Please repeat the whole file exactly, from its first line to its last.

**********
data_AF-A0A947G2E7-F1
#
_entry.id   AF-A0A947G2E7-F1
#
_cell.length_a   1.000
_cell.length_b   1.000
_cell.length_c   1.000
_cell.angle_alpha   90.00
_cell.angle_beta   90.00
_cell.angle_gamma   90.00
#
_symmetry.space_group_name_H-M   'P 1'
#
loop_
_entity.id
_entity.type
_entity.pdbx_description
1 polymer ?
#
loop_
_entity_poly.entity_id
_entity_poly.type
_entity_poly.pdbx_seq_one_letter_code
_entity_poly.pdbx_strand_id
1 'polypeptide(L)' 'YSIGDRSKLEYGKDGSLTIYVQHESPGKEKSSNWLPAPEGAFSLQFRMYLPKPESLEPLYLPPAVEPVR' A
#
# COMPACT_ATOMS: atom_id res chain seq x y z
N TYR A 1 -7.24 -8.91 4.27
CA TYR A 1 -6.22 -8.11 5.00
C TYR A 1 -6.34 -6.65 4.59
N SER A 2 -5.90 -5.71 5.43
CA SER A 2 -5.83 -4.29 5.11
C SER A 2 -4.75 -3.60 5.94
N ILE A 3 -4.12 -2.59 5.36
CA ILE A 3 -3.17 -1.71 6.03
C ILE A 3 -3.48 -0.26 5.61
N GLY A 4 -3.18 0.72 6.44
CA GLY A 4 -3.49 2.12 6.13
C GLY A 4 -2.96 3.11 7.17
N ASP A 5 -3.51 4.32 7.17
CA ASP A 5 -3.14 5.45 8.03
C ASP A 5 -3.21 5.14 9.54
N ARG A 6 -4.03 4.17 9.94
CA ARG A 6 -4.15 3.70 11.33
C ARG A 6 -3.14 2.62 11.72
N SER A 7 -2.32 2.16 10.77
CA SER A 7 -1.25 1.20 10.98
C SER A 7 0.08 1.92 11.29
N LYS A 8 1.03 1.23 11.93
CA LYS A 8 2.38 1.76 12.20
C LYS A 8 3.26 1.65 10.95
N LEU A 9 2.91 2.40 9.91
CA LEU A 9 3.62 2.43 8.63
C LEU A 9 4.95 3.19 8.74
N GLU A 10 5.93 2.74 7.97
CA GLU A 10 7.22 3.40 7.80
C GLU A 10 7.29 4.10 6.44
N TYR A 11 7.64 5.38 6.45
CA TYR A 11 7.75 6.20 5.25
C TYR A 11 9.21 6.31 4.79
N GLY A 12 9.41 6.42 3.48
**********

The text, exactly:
data_AF-A0A947G2E7-F1
#
_entry.id   AF-A0A947G2E7-F1
#
_cell.length_a   1.000
_cell.length_b   1.000
_cell.length_c   1.000
_cell.angle_alpha   90.00
_cell.angle_beta   90.00
_cell.angle_gamma   90.00
#
_symmetry.space_group_name_H-M   'P 1'
#
loop_
_entity.id
_entity.type
_entity.pdbx_description
1 polymer ?
#
loop_
_entity_poly.entity_id
_entity_poly.type
_entity_poly.pdbx_seq_one_letter_code
_entity_poly.pdbx_strand_id
1 'polypeptide(L)' 'YSIGDRSKLEYGKDGSLTIYVQHESPGKEKSSNWLPAPEGAFSLQFRMYLPKPESLEPLYLPPAVEPVR' A
#
# COMPACT_ATOMS: atom_id res chain seq x y z
N TYR A 1 -7.24 -8.91 4.27
CA TYR A 1 -6.22 -8.11 5.00
C TYR A 1 -6.34 -6.65 4.59
N SER A 2 -5.90 -5.71 5.43
CA SER A 2 -5.83 -4.29 5.11
C SER A 2 -4.75 -3.60 5.94
N ILE A 3 -4.12 -2.59 5.36
CA ILE A 3 -3.17 -1.71 6.03
C ILE A 3 -3.48 -0.26 5.61
N GLY A 4 -3.18 0.72 6.44
CA GLY A 4 -3.49 2.12 6.13
C GLY A 4 -2.96 3.11 7.17
N ASP A 5 -3.51 4.32 7.17
CA ASP A 5 -3.14 5.45 8.03
C ASP A 5 -3.21 5.14 9.54
N ARG A 6 -4.03 4.17 9.94
CA ARG A 6 -4.15 3.70 11.33
C ARG A 6 -3.14 2.62 11.72
N SER A 7 -2.32 2.16 10.77
CA SER A 7 -1.25 1.20 10.98
C SER A 7 0.08 1.92 11.29
N LYS A 8 1.03 1.23 11.93
CA LYS A 8 2.38 1.76 12.20
C LYS A 8 3.26 1.65 10.95
N LEU A 9 2.91 2.40 9.91
CA LEU A 9 3.62 2.43 8.63
C LEU A 9 4.95 3.19 8.74
N GLU A 10 5.93 2.74 7.97
CA GLU A 10 7.22 3.40 7.80
C GLU A 10 7.29 4.10 6.44
N TYR A 11 7.64 5.38 6.45
CA TYR A 11 7.75 6.20 5.25
C TYR A 11 9.21 6.31 4.79
N GLY A 12 9.41 6.42 3.48